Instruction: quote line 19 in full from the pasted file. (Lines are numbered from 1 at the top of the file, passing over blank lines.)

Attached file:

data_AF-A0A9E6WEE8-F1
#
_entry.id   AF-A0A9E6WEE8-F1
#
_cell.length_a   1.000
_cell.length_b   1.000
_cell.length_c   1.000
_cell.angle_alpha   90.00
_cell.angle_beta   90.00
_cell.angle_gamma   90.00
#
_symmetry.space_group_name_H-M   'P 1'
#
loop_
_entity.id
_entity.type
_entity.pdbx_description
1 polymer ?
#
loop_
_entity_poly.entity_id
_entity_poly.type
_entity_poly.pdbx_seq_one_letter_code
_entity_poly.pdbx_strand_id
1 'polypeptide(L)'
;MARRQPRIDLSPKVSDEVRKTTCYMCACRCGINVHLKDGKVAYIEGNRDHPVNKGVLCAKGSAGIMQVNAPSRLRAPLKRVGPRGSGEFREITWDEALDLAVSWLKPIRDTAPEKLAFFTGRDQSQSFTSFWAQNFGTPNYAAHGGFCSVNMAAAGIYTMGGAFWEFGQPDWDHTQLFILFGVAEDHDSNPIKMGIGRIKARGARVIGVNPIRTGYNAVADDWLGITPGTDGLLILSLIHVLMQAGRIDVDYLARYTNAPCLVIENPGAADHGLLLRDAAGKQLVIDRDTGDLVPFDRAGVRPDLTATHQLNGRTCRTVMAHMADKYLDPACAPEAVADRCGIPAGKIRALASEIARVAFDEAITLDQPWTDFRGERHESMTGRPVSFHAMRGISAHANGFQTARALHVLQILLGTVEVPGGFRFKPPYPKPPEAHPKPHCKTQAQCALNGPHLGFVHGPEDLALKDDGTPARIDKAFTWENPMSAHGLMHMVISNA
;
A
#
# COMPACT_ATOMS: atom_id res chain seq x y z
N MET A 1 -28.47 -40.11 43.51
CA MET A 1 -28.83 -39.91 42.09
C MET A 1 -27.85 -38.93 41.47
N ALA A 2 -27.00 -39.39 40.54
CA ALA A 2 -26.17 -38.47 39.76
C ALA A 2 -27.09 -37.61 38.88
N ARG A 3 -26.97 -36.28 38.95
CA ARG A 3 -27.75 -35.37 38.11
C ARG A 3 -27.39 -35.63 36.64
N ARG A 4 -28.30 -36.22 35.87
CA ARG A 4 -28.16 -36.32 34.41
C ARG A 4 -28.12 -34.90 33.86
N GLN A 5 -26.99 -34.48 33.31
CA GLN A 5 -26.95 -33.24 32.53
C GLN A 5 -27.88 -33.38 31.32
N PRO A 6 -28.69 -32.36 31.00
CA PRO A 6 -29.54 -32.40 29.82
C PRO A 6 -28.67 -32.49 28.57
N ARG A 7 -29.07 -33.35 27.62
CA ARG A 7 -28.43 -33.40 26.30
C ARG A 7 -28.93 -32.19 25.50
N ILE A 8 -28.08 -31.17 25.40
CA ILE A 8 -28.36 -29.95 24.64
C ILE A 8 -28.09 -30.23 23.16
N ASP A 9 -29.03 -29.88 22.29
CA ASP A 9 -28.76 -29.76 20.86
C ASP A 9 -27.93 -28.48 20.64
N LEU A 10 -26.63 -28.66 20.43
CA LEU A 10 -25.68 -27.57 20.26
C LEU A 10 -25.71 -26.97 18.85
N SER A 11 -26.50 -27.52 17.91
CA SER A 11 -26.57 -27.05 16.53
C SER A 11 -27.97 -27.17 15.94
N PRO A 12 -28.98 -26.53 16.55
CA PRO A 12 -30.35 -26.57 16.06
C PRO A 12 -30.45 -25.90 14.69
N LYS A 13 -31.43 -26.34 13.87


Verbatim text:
#